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LotM - Oct 18: Umofa
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Happy October! Our language of the month is dendana's Umofa, an a priori language with prenasalized consonants, serial verbs, unique adjective morphology, and all kinds of other cool quirks. Read all about it!
This public article was written by [Deactivated User] on 1 Oct 2018, 15:30.

[comments] Menu 1. Phonology 2. Orthography 3. Morphology 4. Syntax 5. More on Umofa 6. A Note on Umofa For October's language of the month, we have dendana's wonderful  Umofa! Umofa is an a priori language with a simple, mellifluous phonology and a wonderfully detailed grammar. Read on about all of its great quirks!

[edit] [top]Phonology

Umofa's phonology is designed to be easy to pronounce, with (C)V phonotactics and a relatively simple phoneme inventory. There are two stop series, tenuis and voiced prenasalized. The affricate /t͡ʃ/ doesn't have a prenasalized affricate counterpart, although the nasal /ɲ/ is in free variation with a prenasalized [ᶮɟ]. Adding on to the oral and prenasalized stops is a series of nasals, including /m n ɲ/.

The liquid inventory of Umofa is small but unique, with an alveolar flap /ɾ/ and a retroflex liquid <l>, which is pronounced [ɭ] at the beginning of a word but can be pronounced as either [ɭ] or [ɽ] intervocalically, in free variation.

Rounding out the consonant inventory are the glides /j w/ and the fricatives /f s ʃ/.

The Umofa vowel inventory is even more simple and clean, with the 5 cardinal vowels /i e a o u/.

[edit] [top]Orthography

The romanization of Umofa is very intuitive. Overall, it's similar to IPA. The major differences are in the notation of the prenasalized consonants, palatals, and liquids. Prenasalized /ᵐb ⁿd ᵑg/ are written as simple <b d g>, palatal /t͡ʃ ʃ ɲ/ are written as <c x ny>, and the liquids /ɾ ɭ/ are written <r l>.

Umofa also has a lovely conscript! Ixaxaci Umofa is a syllabary, written with no straight lines. Additionally, every glyph except one has a loop, and most glyphs have multiple loops. Some of the glyphs resemble Tamil, Georgian, or Glagolitic, but the script as a whole is totally unique. Check out the full article for a glyph table and more information!

[edit] [top]Morphology

Umofa nouns mark a few categories, but the set of markings in each category is fairly small. For number, Umofa has only singular and plural, with plural being marked with a prefix eb-. Umofa does not have case as such, but it has a case-like dative/allative clitic prefix c- and a similar ablative prefix mi. The final kind of inflection on Umofa nouns is the suffix -se, which appears only on personal names.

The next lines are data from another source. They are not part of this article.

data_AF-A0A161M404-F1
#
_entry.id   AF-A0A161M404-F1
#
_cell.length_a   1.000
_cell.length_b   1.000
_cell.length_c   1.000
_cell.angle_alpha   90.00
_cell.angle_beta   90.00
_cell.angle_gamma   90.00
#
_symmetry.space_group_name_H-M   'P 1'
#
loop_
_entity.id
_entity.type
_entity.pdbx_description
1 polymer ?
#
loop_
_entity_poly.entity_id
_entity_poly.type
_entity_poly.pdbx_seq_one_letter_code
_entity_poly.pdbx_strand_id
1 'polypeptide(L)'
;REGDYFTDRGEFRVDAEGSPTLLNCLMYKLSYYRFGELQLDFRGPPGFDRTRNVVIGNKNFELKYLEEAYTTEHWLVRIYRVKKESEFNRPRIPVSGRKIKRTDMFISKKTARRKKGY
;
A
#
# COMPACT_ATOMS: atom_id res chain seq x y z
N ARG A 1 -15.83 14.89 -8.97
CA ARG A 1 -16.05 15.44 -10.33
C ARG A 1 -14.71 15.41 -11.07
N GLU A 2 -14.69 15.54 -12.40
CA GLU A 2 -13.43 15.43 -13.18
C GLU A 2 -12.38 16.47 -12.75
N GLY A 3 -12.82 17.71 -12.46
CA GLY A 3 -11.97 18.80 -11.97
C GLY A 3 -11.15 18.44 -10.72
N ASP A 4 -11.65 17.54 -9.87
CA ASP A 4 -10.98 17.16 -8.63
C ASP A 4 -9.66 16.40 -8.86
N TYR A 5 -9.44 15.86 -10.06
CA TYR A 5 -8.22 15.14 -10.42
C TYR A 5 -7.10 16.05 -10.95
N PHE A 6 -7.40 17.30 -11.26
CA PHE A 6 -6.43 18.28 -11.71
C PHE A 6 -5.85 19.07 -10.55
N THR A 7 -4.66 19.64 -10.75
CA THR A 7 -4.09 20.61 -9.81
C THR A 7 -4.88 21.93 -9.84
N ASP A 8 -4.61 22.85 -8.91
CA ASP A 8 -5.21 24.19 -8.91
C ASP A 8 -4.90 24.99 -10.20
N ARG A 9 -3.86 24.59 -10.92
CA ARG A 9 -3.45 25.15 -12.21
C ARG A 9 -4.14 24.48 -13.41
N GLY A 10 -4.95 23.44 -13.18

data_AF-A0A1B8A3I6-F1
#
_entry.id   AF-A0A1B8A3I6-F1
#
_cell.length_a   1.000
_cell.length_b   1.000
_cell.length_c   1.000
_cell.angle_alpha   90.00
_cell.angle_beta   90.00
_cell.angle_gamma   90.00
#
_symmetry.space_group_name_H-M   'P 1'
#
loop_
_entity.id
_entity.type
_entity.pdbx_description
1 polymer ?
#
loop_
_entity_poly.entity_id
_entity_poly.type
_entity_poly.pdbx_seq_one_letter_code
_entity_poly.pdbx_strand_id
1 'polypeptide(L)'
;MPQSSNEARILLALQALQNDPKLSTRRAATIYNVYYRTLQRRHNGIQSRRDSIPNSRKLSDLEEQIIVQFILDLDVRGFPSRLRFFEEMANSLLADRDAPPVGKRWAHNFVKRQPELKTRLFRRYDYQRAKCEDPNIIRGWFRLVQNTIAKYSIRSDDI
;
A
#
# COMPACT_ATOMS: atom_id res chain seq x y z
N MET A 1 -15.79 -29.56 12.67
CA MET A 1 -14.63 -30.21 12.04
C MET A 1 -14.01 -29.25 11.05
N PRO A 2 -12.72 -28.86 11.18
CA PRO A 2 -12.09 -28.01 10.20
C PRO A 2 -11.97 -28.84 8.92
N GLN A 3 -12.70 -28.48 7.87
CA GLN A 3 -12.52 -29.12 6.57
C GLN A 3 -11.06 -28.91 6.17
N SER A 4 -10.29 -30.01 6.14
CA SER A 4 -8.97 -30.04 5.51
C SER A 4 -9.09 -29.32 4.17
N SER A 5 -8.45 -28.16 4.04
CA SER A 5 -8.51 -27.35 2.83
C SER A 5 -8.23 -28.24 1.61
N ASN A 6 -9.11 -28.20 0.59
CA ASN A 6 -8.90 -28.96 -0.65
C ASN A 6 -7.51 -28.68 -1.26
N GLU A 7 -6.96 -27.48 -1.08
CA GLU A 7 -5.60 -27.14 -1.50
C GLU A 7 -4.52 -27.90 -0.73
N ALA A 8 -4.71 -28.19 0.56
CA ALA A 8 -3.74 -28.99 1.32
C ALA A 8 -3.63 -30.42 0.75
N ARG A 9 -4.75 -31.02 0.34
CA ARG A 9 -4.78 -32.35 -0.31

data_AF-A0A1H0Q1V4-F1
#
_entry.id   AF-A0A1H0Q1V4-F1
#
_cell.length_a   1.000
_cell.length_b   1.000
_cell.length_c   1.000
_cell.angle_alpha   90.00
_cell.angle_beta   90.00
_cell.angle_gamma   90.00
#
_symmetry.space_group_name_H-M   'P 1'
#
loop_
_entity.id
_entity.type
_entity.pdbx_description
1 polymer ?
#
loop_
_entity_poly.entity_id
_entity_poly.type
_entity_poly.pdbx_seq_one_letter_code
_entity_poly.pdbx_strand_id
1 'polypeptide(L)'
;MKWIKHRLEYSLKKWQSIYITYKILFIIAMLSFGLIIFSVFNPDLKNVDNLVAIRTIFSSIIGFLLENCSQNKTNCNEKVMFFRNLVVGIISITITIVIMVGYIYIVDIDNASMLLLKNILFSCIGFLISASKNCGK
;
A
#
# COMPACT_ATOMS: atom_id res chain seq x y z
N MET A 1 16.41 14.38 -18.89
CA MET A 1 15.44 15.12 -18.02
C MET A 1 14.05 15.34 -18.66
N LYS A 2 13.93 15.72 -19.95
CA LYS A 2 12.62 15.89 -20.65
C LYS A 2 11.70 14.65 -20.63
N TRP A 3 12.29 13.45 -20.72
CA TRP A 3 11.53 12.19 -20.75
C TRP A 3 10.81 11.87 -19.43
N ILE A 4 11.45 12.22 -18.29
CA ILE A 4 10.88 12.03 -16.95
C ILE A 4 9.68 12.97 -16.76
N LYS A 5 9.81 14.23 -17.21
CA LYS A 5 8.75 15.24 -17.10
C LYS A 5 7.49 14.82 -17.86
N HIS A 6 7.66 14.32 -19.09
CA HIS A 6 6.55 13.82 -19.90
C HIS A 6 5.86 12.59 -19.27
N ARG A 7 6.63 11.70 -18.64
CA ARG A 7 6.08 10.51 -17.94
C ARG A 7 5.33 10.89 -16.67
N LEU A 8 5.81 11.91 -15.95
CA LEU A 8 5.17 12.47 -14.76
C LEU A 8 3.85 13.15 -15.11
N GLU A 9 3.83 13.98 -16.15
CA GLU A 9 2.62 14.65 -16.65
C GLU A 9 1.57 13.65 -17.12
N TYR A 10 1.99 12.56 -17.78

Modifiers on Umofa nouns don't really inflect, but they take the first vowel of the preceding noun as their final vowel. For instance, the determiner un- "this" becomes uno following oto "thing", as in oto uno "this thing". This pattern happens with all kinds of nominal modifiers, including numbers (e.g. oto uko "two things"), adjectives (oto naro "good thing"), and possessives (oto ido "their thing"). Modifiers can also be converted to nouns with the ending -a, to verbs with the ending -ip-, or to adverbs with -ako.

Umofa verbs inflect for three categories: polarity, subject, and tense/mood. Polarity marking is obligatory—in addition to a negative prefix tu- there is an affirmative prefix a-. Subject is marked by a single consonant preceding the root. Citation form for verbs is in the infinitive, which has the prefix t- and the final vowel -a, which also serves as the realis tense/mood marker. The other tense/moods are future, near future, conditional, and jussive. Lastly, in order to remove the patient of a transitive verb, the clitic suffix -ye is used. For instance, axofa Umofa "I speak Umofa" becomes axofaye "I speak".

Umofa also has a rich derivational morphology—watch for the upcoming article about it!

[edit] [top]Syntax

The basic syntax of Umofa tends towards head-initial, with SVO word order, and genitives and modifiers following the noun. Not only do basic clauses have SVO word order, but so do questions. Questions can be marked with an optional particle mu, or by intonation alone.

Another neat tidbit of Umofa is how it marks voice. We've already described the suffix -ye, which marks the antipassive. The other voices aren't marked morphologically on the verb; instead they're marked by particles that precede the noun. For instance, axofa Umofa means "I speak Umofa", and axofa meni ama Umofa means "I made you speak Umofa", using the particle meni to mark causative.

A last stop in our tour of Umofa syntax is its serial verb constructions. Umofa has two kinds of serial verb constructions, one based on motion verbs and one based on general action verbs. In the motion verb construction, teda "go" or tuca "come" is used as the first verb, which can mean either movement followed by action, or movement resulting in action. The other construction is resultative, using an action verb as the first verb and an intransitive verb showing the result as the second verb. In Umofa serial verb constructions, the verbs are directly concatenated.

There's so much more to describe about Umofa grammar, but we're out of time, so you'll just have to catch up by reading the article!

[edit] [top]More on Umofa

That wraps up our review of Umofa! If you want more, check out Umofa's LexiBuild sets, grammar tables, phrasebook, and translations!

[edit] [top]A Note on Umofa

Got suggestions for how the next LotM should be written? See something in Umofa that wasn't covered and you wish it had been? Feel free to shoot us (phi2dao, argyle, protondonor, or Avlönskt) a PM with your questions, comments, and/or concerns. Also feel free to drop by the LotM clan if you have other feedback, want to join in the voting process, or nominate a language!
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